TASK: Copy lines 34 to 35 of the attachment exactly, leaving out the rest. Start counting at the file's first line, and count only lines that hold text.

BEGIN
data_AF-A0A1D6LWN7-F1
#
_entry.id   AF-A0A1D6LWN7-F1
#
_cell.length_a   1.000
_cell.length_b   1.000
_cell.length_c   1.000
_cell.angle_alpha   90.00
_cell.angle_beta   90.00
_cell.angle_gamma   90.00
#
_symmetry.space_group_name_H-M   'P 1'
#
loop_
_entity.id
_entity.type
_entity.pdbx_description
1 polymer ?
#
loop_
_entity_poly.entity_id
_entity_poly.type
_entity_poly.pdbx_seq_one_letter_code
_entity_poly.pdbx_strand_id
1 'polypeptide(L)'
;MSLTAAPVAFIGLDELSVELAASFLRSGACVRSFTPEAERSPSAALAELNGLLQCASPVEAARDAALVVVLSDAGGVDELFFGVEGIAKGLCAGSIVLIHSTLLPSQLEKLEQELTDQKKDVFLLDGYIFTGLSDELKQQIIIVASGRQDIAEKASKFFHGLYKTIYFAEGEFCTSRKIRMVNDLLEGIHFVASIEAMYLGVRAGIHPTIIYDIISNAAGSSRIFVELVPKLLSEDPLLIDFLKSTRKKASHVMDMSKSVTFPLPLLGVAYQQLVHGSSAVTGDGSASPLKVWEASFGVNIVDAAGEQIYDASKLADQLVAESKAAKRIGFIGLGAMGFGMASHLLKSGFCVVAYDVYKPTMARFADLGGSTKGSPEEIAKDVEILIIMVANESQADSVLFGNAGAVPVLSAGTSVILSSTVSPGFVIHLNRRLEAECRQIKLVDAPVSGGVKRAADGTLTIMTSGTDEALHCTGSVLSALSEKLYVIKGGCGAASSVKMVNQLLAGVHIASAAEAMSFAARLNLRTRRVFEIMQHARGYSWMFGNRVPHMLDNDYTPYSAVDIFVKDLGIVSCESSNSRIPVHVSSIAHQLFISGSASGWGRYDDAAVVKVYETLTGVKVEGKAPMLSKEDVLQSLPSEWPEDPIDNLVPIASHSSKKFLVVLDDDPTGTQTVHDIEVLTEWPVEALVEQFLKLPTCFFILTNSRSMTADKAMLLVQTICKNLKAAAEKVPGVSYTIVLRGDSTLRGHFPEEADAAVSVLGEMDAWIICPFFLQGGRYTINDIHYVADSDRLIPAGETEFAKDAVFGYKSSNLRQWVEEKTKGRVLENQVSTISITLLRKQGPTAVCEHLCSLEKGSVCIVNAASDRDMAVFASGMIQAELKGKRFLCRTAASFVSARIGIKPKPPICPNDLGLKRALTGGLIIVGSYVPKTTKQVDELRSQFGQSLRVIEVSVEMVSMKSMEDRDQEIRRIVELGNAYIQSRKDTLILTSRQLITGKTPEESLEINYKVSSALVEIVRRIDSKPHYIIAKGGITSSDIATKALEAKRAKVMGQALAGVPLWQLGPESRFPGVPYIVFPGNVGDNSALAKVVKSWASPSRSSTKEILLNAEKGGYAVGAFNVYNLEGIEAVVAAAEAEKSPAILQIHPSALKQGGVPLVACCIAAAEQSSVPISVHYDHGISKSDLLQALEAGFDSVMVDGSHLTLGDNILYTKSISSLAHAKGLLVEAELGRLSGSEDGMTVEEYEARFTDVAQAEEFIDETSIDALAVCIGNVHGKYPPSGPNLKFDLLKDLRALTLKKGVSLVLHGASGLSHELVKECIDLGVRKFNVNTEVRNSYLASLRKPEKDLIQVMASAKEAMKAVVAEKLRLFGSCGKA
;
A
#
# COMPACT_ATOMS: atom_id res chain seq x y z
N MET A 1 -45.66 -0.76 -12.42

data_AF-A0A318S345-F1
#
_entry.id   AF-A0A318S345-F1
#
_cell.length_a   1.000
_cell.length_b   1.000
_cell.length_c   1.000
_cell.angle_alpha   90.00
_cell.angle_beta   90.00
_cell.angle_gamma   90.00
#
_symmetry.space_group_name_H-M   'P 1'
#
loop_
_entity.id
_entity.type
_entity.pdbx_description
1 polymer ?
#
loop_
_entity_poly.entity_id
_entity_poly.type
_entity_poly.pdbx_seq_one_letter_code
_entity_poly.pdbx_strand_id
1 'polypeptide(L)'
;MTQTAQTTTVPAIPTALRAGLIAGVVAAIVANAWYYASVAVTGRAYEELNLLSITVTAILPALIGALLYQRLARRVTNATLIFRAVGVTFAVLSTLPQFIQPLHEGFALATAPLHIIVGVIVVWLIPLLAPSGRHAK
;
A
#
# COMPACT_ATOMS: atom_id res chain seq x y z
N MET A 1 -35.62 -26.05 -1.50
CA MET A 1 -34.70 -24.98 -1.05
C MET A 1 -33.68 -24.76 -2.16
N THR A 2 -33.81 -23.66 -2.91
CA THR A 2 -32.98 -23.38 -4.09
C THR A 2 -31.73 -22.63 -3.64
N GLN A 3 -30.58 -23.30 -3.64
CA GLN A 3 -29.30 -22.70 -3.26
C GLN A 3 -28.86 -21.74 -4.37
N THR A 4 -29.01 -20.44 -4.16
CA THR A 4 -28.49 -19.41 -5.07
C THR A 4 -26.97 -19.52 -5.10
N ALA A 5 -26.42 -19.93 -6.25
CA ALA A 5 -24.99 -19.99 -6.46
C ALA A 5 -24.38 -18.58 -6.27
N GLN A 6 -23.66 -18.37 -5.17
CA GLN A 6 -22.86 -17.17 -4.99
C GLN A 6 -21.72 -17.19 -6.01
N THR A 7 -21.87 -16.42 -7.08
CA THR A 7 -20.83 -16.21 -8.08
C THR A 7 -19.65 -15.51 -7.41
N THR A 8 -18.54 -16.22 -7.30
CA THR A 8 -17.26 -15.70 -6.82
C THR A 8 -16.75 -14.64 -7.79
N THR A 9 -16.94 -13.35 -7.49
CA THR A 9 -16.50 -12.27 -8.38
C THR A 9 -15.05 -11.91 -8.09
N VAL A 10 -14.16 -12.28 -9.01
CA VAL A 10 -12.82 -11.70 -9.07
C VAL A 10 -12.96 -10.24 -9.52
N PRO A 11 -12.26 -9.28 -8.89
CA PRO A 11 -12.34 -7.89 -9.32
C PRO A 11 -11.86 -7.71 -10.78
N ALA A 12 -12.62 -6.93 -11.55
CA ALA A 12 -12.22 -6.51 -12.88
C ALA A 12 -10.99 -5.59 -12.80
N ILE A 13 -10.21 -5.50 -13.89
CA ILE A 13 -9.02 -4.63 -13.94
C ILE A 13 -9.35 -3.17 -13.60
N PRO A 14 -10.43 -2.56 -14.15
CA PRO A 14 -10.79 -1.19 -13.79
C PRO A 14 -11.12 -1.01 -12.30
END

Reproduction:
_entry.id   AF-A0A318S345-F1
#